Will M&A teams at accountancies need any specialized skills for AI-related dealmaking?
EM: Yes — there will be a lot of demand for accounting professionals that are skilled in due diligence advisory of AI companies. Firms need to know how to properly value these companies, some of which might not have a lot of cash flow yet. It’s critical for firms to get ahead of the curve and build out the relevant competencies needed to support this now.
What other things should M&A teams do now to set themselves up for success this year?
EM: Since private equity firms and corporations are sitting on a lot of cash, proactively managing client relationships in accounting is more critical now than ever before. Firms that engage in “Activator” behaviors that nurture relationships and build trust within their networks will be at the top of the list when companies are ready to deploy their capital.
Also, about a quarter of all dry powder is held by the top 25 private equity firms. Dealmakers should position themselves with these firms now. However, they shouldn’t put all their eggs in one basket. Their client portfolios should have a healthy mix of sponsors and corporations to mitigate risk. For this same reason, it’s also important to have clients that do big deals, and clients that do small deals.
In 2023, even though deal volume significantly decreased, deal count only dropped by 2.5% because there were still lots of small deals happening. So, in a down market, firms can still win revenue from the companies doing these smaller deals.
How can AI and other technologies help accounting firm M&A teams win more business as the market continues to evolve?
EM: Technology solutions that encourage and even enforce Activator behaviors can ultimately help teams close more deals. For example, platforms like Intapp DealCloud use AI to provide relationship management functionality that helps professionals expand their networks and discover new opportunities. If you’re on the financial due diligence team, for instance, DealCloud will prompt you if it detects a potential cross-sell opportunity for another service line such as commercial due diligence.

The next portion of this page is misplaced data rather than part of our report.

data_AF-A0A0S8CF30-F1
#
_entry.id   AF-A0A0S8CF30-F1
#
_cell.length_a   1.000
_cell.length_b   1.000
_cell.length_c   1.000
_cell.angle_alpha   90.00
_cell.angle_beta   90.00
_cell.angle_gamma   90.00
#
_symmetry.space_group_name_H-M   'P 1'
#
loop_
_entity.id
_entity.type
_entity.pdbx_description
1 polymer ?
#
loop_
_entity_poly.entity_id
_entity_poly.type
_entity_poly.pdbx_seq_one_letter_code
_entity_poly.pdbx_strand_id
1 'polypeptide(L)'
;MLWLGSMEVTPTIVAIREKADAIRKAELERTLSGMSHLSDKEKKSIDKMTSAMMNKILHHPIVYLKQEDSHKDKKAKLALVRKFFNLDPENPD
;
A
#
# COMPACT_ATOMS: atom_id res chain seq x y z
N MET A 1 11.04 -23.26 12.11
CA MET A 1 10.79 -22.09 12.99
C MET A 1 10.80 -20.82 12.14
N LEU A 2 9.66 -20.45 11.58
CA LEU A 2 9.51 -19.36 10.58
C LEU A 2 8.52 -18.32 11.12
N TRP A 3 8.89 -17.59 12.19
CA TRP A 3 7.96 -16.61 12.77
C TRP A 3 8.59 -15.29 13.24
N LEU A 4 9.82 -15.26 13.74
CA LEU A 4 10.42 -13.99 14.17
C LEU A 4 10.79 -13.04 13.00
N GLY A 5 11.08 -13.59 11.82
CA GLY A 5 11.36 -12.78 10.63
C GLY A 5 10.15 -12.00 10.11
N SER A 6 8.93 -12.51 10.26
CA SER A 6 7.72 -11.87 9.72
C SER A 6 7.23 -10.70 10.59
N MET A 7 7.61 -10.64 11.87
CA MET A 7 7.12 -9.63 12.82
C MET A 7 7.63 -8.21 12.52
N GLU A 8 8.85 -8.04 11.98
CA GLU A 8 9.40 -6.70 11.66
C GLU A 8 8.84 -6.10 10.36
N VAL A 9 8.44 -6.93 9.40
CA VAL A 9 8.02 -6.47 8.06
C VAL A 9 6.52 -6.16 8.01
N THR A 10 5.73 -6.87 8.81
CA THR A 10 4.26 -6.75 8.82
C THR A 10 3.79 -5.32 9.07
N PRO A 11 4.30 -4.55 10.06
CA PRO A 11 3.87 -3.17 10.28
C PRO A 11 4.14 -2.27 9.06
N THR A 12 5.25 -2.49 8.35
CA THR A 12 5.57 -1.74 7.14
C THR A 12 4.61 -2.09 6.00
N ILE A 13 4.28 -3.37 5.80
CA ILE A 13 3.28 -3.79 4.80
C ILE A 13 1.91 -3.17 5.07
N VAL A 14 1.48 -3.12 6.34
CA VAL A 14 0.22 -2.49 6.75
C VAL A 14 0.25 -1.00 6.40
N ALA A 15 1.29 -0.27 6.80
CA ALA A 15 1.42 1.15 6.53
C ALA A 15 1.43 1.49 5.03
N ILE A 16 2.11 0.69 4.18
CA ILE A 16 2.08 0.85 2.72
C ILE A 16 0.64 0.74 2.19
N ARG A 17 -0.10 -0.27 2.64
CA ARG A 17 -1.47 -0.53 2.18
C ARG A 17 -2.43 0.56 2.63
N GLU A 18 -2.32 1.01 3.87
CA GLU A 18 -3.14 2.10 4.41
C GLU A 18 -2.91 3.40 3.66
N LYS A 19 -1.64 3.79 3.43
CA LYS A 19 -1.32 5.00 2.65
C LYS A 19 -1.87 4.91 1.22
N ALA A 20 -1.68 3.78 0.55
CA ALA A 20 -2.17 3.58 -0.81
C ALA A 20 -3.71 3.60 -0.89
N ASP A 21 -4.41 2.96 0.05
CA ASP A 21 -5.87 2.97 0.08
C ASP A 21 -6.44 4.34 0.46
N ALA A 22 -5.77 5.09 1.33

Automation is another key area where technology supports growth. Platforms like DealCloud automatically capture data from multiple sources and make it accessible from one centralized location. This can improve sales deal velocity at accounting firms by enabling teams to quickly and easily uncover intelligence that helps them win business.
These platforms also significantly improve productivity and prevent data-entry errors by automatically generating and formatting due diligence checklists and other documents. Because firms are no longer spending excessive billable hours creating documentation manually, they have the major competitive advantage of being able to charge less.
Buyers and sellers today are looking for accounting professionals that are using the latest and greatest technologies because they know these firms are more cost-effective — the best CRM software for accounting firms is no longer enough. Technology assessments are increasingly becoming a part of the vendor evaluation process, and firms that aren’t using AI and other modern technologies will lose business to those that are.
While there are signs indicating that M&A activity will bounce back in 2024, there are many complex factors at play that make it difficult to predict if the market will make a strong comeback. Schedule an Intapp DealCloud demo today to learn how our AI-powered deal and relationship management platform can help your accounting firm grow regardless of how the market evolves.